At about 10.15 on the morning of the 3rd of November, the pilot of B-29 Superfortress ‘Overexposed’ filed his Visual Flight Record with Flight Control for what was supposed to be a simple routine flight.

The November weather the day of the flight was not good and the cloud level was lower than 2000 feet with visibility being four to six miles. It was 11.15 am when the B-29 Superfortress flew across the moor not far from Burtonwood final approach basically at ground level. It is unclear why Captain Landon Tanner flew into the ground a couple of hundred yards from the highest point of Bleaklow (approximately 2077 feet).

An Engine

It should be noted that Captain Tanner had no notable reason for being below 2000 feet, as he was still just a few minutes under ten minutes away from Burtonwood. The facts remain his maps would clearly show him the high ground he was flying over, he had been informed of how low the cloud base was (from his pre-flight meteorological reports at Scampton and from communications via radio from Burtonwood). It was just a 25 minute trip from Scampton to Burtonwood in a B-29.

It is perfectly acceptable to believe that the adverse weather conditions effected the navigator’s calculations on the aircrafts position significantly, resulting in them thinking they were a lot closer to Burtonwood than they were in reality.

Captain Tanner’s crew for the trip consisted of co-pilot – Captain Harry Stroud, engineer – Technical Sergeant Ralph Fields, radio operator – Staff Sergeant Gene A Gartner, navigator – Sergeant Charles Wilbanks, radar operator – David D Moore, camera crew – Technical sergeant Saul R Banks, Sergeant Donald R Abrogast, Sergeant Robert I Doyle and Private First Class William M Burrows. Two more crew members were Corporal George Ingram, Corporal M Franssen and acting photographic advisor Captain Howard Keel of the 4201st Motion Picture Unit.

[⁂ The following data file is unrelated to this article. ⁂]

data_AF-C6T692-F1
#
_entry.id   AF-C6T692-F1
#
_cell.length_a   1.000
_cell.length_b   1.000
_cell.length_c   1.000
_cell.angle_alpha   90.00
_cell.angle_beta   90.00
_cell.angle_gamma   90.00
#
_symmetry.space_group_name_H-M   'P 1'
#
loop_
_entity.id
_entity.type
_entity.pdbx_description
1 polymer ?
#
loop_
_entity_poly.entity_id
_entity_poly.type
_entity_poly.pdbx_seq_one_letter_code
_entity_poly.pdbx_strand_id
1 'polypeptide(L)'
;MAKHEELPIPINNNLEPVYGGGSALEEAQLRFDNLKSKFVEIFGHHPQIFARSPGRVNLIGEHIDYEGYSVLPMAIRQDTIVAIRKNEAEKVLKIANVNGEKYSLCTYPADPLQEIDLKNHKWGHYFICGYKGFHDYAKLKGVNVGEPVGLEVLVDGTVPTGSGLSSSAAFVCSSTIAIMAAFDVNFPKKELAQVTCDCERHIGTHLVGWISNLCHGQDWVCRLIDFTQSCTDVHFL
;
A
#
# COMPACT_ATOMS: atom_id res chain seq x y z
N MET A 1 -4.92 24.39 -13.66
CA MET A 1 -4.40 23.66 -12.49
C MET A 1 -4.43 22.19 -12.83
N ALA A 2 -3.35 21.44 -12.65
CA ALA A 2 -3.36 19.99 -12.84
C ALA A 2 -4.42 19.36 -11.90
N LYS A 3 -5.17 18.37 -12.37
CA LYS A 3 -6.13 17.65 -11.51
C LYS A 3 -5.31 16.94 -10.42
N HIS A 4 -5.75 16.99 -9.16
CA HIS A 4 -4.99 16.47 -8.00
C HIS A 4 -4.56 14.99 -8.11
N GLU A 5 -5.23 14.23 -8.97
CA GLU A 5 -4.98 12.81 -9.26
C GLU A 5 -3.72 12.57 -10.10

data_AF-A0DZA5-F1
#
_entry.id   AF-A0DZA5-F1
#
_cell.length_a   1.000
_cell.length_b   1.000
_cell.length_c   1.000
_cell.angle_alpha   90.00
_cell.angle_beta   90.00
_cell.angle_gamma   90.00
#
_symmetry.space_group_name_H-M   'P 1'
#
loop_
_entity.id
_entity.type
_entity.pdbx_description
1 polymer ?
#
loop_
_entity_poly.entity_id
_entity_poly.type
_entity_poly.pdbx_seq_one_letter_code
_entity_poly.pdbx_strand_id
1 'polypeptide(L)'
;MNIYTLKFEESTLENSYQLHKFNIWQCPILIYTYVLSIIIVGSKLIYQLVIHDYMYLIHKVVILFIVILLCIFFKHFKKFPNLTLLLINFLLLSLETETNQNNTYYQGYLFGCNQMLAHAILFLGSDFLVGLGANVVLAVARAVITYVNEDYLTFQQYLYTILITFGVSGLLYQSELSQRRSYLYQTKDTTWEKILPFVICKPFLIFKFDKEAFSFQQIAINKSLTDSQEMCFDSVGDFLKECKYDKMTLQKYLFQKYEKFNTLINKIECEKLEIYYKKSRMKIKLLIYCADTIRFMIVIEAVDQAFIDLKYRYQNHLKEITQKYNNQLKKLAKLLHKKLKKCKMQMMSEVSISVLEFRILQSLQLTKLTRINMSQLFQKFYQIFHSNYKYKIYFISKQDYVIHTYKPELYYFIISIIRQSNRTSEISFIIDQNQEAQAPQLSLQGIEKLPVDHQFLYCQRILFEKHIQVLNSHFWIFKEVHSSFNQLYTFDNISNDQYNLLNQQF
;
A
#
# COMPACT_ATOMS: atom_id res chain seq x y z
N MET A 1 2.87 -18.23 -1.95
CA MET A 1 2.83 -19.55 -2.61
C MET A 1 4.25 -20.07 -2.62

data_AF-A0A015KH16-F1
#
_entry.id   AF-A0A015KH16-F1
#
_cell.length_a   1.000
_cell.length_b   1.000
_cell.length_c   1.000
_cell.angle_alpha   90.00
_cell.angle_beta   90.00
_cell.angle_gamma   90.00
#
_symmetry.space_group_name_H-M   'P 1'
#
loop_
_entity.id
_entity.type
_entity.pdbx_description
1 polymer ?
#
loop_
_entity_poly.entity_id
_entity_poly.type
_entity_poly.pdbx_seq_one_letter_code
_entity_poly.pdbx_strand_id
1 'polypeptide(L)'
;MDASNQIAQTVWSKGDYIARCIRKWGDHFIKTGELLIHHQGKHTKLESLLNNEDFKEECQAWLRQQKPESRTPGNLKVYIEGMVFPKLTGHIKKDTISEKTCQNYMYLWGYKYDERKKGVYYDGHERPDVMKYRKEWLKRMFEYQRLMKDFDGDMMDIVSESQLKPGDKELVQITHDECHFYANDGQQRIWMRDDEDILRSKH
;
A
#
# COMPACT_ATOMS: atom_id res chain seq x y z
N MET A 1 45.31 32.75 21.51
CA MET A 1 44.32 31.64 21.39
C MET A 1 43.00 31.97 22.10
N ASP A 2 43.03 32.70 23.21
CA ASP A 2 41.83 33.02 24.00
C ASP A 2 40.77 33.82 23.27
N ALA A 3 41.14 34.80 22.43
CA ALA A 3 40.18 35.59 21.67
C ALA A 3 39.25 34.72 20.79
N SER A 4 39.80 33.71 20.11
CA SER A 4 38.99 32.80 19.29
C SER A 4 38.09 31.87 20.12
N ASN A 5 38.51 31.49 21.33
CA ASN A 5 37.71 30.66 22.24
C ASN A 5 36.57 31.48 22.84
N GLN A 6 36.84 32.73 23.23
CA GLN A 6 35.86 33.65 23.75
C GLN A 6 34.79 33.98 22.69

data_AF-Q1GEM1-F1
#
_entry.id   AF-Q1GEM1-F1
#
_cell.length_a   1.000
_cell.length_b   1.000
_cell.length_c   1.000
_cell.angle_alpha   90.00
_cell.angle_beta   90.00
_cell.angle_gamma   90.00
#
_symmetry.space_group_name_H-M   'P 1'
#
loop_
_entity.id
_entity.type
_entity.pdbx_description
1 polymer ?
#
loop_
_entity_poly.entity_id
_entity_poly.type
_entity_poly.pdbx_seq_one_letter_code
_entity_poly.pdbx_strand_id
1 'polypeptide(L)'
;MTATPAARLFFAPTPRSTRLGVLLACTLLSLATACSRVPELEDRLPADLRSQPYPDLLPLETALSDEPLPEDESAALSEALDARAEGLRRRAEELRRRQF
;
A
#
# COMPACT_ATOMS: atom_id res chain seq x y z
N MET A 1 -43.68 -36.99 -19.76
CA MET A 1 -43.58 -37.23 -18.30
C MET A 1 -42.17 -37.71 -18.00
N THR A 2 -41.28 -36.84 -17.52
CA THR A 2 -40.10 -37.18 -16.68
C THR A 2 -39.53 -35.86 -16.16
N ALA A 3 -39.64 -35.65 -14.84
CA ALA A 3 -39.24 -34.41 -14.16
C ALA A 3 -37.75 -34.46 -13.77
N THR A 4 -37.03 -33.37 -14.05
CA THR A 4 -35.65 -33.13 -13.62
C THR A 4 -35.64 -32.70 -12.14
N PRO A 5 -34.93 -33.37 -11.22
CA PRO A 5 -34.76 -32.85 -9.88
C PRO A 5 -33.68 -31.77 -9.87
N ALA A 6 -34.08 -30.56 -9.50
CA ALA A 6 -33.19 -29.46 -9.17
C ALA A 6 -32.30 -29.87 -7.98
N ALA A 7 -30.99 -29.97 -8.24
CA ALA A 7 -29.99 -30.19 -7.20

A Memorial

When ‘Over Exposed’ failed to arrive at Burtonwood an air search was initiated, and the Superfortress’s blazing wreckage was spotted that afternoon. By chance Members of the Harpur Hill RAF Mountain Rescue Unit had just completed an exercise two and a half miles away, on their radio they picked up the messages that were being broadcast by the search aircraft. They checked the map reference and Flight Sergeant George Thompson and Corporal William Duthie both noted their proximity to the crash site and ordered their men approach the site and search from one side, whilst they started the search from Doctor’s Gate. Poor visibility prevented them from seeing the aircraft at first, but after 20 minutes they spotted the Superfortress’s tailfin and the fires blazing around it. Several bodies were scattered around the remains of the plain, Harpur Hill RAF Mountain Rescue could do nothing for them so they went back to their vehicle, so they could guide the Glossop firemen to the wreckage which was spread for a quarter of a mile across the moor. An extensive search was made for survivors, none were found and only eight bodies were located. The next morning around fifty men set off across the moor towards the downed aircraft, it was two hours before they saw the tailfin. They scoured the moor for the missing personnel, eventually all the bodies were discovered, scrambling about the wreckage an American Officer found a satchel containing £7000, part of the payroll.